Instead, it sits closer to what many have termed ‘GravelPlus’. The aim is to go beyond simple gravel tracks or bridleways and be capable of taking on mountain bike trails, which is why the new Diverge is compatible with smaller-diameter 650b wheels.


‘There’s a sweet spot in terms of tyre width where the 650b wheel and the 700c will give a similar ride quality,’ says Cordoba. ‘For 700c that is 38mm, while on the 650b it is 45mm, but with the new trend for wide rims the tyre changes shape a lot. On some 650b rims the bike will accept 47mm tyres.’

The new S-Works Diverge even has a dropper post, allowing  the rider to drop the saddle by up to 35mm at the press of a lever to improve control and lower the centre of gravity on steep technical terrain.

Up front, the Future Shock offers a degree of suspension at the handlebars. It has been field tested on Specialized’s Roubaix line and the system has been stiffened for the Diverge, but we’ll return to that later.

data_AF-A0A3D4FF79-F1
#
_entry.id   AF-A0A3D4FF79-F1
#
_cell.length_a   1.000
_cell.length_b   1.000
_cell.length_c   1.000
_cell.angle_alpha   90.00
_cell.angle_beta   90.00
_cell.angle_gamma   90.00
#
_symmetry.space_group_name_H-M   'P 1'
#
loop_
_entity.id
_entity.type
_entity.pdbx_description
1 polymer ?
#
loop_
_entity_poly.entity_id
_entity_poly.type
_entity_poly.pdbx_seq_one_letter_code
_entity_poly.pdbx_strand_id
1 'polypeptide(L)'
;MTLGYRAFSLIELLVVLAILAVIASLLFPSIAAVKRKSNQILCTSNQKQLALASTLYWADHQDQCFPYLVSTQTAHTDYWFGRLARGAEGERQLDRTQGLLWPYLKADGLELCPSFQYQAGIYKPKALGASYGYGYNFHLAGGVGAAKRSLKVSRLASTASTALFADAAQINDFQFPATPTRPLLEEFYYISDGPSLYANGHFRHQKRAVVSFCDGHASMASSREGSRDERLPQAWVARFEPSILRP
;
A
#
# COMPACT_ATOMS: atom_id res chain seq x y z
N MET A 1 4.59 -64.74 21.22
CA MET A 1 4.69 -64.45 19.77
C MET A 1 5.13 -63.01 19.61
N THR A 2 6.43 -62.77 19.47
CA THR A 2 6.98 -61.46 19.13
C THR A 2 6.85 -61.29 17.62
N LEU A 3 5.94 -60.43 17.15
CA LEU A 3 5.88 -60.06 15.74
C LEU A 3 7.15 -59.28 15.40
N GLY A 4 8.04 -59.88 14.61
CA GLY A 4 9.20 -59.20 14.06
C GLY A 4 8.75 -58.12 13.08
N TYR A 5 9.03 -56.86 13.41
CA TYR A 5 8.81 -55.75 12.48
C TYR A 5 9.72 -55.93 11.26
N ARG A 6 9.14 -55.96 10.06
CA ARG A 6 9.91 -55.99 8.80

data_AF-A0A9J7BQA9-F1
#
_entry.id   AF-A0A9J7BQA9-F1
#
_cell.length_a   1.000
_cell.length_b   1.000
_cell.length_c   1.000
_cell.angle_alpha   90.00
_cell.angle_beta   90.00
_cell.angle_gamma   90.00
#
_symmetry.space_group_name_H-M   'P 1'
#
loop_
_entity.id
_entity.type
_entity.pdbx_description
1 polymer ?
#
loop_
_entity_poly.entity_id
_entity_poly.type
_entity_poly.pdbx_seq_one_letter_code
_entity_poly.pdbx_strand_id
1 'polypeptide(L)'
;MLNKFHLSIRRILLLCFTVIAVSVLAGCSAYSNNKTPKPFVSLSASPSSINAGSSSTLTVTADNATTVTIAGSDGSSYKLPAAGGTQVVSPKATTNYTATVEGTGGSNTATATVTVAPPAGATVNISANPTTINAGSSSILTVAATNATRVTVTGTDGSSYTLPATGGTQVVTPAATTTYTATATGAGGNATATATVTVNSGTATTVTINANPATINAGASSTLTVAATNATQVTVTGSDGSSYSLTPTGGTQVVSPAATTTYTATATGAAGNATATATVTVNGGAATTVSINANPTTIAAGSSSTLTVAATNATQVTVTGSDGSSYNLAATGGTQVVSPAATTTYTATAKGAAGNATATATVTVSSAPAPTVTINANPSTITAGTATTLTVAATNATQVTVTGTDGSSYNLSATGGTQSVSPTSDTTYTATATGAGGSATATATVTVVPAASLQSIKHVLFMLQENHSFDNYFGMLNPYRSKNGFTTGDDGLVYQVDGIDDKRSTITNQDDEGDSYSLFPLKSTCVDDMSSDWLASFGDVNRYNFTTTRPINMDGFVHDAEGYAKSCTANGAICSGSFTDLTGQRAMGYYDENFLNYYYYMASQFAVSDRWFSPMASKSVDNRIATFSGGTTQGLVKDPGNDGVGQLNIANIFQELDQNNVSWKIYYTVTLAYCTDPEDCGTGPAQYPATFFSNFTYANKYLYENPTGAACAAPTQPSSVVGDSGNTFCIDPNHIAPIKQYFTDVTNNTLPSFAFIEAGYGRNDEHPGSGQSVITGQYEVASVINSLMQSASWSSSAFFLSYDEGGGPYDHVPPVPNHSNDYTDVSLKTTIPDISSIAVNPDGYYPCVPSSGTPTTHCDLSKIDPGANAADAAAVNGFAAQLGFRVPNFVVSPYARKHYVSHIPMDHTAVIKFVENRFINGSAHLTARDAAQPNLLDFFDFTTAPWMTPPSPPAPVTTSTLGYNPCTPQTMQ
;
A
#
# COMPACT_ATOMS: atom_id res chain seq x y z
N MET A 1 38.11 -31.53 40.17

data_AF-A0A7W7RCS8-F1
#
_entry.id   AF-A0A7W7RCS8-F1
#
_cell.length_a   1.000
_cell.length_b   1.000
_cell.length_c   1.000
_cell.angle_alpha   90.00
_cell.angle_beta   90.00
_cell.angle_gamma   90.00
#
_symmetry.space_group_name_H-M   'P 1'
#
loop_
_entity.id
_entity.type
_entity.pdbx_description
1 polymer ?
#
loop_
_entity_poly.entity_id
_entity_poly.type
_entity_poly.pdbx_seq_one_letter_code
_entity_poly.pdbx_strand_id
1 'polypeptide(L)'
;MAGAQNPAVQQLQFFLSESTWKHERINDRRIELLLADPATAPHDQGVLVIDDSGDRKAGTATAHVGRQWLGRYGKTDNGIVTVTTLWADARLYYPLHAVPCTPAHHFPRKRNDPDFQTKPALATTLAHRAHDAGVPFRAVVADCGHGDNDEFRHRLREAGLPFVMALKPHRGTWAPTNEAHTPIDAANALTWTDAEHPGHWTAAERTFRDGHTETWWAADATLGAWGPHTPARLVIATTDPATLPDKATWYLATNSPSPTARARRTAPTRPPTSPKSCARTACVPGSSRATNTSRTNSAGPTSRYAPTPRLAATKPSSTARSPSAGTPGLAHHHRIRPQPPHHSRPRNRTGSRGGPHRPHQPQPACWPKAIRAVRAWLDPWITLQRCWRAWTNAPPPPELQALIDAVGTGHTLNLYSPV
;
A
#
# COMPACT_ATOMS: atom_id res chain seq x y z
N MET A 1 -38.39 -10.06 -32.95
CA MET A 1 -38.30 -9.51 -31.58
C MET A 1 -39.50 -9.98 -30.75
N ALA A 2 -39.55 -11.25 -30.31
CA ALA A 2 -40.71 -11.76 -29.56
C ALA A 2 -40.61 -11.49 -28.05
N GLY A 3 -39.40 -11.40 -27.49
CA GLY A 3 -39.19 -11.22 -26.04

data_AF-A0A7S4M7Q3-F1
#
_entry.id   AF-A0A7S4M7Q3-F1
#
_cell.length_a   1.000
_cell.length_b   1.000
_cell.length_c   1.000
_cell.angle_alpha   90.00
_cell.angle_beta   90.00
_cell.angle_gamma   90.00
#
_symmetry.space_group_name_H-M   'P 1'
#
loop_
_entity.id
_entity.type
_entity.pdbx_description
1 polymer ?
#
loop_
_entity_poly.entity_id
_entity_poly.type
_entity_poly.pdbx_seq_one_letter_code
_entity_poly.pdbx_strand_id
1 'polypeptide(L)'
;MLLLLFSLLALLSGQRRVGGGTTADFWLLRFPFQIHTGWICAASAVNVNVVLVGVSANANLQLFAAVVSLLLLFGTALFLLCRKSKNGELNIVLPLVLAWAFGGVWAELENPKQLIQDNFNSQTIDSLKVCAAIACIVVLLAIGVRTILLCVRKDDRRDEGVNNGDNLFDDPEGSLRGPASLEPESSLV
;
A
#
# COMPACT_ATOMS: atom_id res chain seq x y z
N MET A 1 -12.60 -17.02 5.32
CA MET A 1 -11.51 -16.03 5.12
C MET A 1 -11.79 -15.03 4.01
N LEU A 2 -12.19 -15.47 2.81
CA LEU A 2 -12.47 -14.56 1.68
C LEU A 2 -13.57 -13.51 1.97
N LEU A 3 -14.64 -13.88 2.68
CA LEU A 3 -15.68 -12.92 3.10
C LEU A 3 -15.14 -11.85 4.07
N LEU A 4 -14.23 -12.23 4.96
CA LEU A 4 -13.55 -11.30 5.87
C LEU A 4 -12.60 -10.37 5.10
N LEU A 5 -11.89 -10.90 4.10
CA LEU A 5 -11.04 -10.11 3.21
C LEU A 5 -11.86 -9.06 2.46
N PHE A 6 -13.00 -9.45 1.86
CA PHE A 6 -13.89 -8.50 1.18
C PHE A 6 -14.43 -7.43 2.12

It’s a far cry from Specialized’s high end road bikes of just five years ago, when bikes were built for 23mm tyres. The reward is increased versatility, but has the Diverge sacrificed the speed and handling that marks out a great road bike? Time to find out… 

One for the road

When I first saw the new Diverge, I can’t pretend I found it attractive. Its curiously slack geometry, tall front end, strange integrated ‘SWAT’ box at the bottom bracket (not pictured) and enormous cassette and tyres felt like the antithesis of the clean lines of a classic road bike.

It had a job on its hands to impress me, and I was also certain that on my first ride I would be dropped and ridiculed by my ride partners. But no such thing happened.